The Nod: Let’s Embrace The Unpredictability Of This Year’s Best Picture Race

02.26.16 3 years ago
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On the morning after every Academy Awards ceremony, we, the viewers who stayed up past midnight to watch famous people hand trophies to other famous people, voice the same annual complaints. The show was too long. The host was not funny enough. And the classic catch-all: It was boring.

No matter what happens at the Oscars this Sunday night, come Monday, I fully expect reviews of the broadcast to hit those same, familiar notes. In a program that devotes the bulk of its time to distributing a 24-karat gold bald man to 24 recipients for work that many Americans have never even heard of, it’s inevitable that some moments will drag. But at least one thing will be unpredictable this year: the reveal of Best Picture.

For months, Academy Awards trackers have been saying that the Best Picture race is wide open and, with the Oscars a mere three days away, it still feels that way. In Entertainment Weekly‘s traditional “secret ballot” that reveals how anonymous Academy insiders plan to vote, the Best Picture selections were all over the place. “The Actor” chose The Revenant, “The Actress” went with Mad Max: Fury Road, “The Screenwriter” singled out Brooklyn, “The Director” selected The Big Short and “The Producer” and “The Publicist” both highlighted the film once considered the lone obvious frontrunner,  Spotlight, which stopped being the lone obvious frontrunner several weeks ago.  Things are so crazy that the New York Times recently implied that the preferential voting system could potentially lead to Room winning Best Picture, which I would actually be thrilled to see even though it seems  unlikely. (The same article draw parallels between Room and Million Dollar Baby, another underdog in the sense that it entered the Oscar race at the 11th hour, but a total non-underdog in that it was still favored by many to win, to a degree Room has not been.)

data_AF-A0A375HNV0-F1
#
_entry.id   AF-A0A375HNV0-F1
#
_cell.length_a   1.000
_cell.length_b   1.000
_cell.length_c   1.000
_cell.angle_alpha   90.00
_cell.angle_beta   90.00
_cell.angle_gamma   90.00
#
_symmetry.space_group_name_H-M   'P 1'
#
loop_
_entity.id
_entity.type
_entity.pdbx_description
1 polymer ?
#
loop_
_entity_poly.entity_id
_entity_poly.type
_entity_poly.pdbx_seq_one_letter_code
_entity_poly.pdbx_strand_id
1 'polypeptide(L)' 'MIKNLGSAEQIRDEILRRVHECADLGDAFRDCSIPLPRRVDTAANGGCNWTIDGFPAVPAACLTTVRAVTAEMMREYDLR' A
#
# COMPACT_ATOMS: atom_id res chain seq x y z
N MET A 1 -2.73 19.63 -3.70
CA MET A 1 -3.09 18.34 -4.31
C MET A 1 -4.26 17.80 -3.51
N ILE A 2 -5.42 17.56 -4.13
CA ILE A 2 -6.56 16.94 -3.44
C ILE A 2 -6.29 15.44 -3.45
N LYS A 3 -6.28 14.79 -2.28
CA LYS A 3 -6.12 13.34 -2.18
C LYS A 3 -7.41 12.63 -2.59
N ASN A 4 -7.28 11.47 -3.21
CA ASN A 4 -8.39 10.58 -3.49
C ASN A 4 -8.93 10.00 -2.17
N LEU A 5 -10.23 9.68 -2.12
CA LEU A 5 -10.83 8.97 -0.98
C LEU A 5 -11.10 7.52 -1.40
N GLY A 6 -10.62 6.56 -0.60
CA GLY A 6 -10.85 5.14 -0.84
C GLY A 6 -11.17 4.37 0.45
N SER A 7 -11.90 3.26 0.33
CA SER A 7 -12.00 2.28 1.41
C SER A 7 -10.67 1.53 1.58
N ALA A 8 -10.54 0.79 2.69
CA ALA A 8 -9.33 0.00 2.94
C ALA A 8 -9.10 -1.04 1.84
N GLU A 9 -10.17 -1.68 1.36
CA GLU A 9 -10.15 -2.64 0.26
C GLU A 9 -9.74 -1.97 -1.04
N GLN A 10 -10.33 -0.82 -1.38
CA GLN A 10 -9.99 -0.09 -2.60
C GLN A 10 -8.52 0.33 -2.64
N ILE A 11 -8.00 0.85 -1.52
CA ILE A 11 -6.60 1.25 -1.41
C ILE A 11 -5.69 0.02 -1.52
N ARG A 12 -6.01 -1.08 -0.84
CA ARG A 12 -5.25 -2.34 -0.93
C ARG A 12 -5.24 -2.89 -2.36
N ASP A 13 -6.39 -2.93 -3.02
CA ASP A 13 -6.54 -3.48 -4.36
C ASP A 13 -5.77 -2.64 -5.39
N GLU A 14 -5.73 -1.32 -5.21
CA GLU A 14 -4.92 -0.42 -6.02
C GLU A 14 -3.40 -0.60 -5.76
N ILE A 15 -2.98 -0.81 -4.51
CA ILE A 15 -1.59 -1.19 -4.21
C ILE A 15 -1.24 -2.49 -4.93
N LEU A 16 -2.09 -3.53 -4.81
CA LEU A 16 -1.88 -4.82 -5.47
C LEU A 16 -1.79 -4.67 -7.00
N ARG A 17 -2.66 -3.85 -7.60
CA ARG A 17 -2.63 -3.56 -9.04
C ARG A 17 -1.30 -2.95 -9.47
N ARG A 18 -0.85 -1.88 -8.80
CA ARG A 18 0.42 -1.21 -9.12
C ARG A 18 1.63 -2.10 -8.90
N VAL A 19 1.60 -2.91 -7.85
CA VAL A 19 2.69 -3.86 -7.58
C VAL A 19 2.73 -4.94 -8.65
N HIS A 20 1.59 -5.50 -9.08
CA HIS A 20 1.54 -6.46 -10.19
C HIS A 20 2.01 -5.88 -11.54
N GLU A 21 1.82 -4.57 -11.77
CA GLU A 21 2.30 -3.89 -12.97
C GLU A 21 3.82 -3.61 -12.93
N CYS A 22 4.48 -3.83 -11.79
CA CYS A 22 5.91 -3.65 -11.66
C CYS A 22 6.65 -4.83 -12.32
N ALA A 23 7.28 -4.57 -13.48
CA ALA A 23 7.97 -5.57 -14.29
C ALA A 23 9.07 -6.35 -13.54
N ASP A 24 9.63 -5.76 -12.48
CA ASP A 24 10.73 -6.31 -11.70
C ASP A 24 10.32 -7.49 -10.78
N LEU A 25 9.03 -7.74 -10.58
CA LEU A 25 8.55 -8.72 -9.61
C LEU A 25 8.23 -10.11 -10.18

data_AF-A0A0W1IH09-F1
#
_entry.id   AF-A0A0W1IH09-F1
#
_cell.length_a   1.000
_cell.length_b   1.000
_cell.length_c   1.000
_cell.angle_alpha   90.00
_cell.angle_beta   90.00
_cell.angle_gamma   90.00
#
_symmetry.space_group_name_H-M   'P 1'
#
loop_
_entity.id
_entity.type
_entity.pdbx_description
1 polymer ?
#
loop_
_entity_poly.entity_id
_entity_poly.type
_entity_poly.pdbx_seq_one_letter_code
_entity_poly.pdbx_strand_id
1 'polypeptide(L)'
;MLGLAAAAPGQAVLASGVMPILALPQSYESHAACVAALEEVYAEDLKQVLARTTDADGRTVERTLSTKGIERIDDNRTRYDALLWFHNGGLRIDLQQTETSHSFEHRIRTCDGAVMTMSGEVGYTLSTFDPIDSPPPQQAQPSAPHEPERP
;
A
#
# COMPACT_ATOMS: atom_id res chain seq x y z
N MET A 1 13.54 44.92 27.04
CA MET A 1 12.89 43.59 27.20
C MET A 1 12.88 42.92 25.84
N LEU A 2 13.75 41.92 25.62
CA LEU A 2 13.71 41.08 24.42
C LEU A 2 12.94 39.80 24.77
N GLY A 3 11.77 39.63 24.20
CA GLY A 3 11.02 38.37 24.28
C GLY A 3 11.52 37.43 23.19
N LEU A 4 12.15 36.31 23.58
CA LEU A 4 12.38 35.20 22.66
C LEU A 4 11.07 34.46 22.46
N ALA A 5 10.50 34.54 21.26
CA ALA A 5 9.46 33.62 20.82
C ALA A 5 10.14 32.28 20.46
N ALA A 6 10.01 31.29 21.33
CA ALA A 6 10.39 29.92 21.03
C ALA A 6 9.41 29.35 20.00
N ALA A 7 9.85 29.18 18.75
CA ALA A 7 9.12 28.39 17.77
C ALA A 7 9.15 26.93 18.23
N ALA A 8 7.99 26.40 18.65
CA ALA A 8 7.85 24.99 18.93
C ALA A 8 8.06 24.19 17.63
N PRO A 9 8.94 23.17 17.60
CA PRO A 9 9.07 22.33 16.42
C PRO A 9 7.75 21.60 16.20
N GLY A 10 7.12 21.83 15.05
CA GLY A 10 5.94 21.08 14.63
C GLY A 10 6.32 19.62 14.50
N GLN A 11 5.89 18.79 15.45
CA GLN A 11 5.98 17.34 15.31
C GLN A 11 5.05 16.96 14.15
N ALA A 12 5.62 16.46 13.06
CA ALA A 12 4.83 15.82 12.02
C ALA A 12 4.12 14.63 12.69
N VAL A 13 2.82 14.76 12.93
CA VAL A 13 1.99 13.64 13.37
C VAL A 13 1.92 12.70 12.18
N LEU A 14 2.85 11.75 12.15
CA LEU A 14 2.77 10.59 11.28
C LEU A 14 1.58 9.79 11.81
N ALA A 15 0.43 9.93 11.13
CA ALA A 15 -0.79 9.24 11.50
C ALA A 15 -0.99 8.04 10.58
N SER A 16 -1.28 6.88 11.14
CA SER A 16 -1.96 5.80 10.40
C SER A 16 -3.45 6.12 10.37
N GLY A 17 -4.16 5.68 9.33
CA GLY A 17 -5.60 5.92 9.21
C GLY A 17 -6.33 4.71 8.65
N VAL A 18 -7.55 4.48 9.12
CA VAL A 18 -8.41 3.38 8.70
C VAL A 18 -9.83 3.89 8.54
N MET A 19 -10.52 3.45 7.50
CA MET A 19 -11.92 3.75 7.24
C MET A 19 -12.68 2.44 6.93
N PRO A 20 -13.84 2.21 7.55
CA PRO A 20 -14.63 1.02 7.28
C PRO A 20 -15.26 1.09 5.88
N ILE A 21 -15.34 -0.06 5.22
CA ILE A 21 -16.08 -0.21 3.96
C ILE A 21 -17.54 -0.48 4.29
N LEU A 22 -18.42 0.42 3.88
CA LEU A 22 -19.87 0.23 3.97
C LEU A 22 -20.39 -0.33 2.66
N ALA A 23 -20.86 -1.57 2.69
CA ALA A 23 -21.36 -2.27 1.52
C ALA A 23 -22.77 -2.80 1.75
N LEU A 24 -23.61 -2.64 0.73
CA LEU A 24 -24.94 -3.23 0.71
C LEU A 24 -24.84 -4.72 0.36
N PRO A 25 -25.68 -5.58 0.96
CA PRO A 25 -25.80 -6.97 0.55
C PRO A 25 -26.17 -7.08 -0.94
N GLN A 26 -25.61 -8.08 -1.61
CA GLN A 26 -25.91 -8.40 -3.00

In truth, the likely field of contenders has narrowed somewhat. As explained in my final Awards Forecast predictions, the choices made by the producers, directors and actors guilds — who bestowed their best picture equivalents upon The Big Short, The Revenant and Spotlight, respectively — suggest that one of those three films will most likely emerge triumphant on Sunday. But even if none of the other contenders outside of that trio stands a chance, heading toward an Oscar ceremony where three movies seem equally poised to win Best Picture, and where even the possibility of an outlier winning doesn’t seem entirely out of the question, is unusual.

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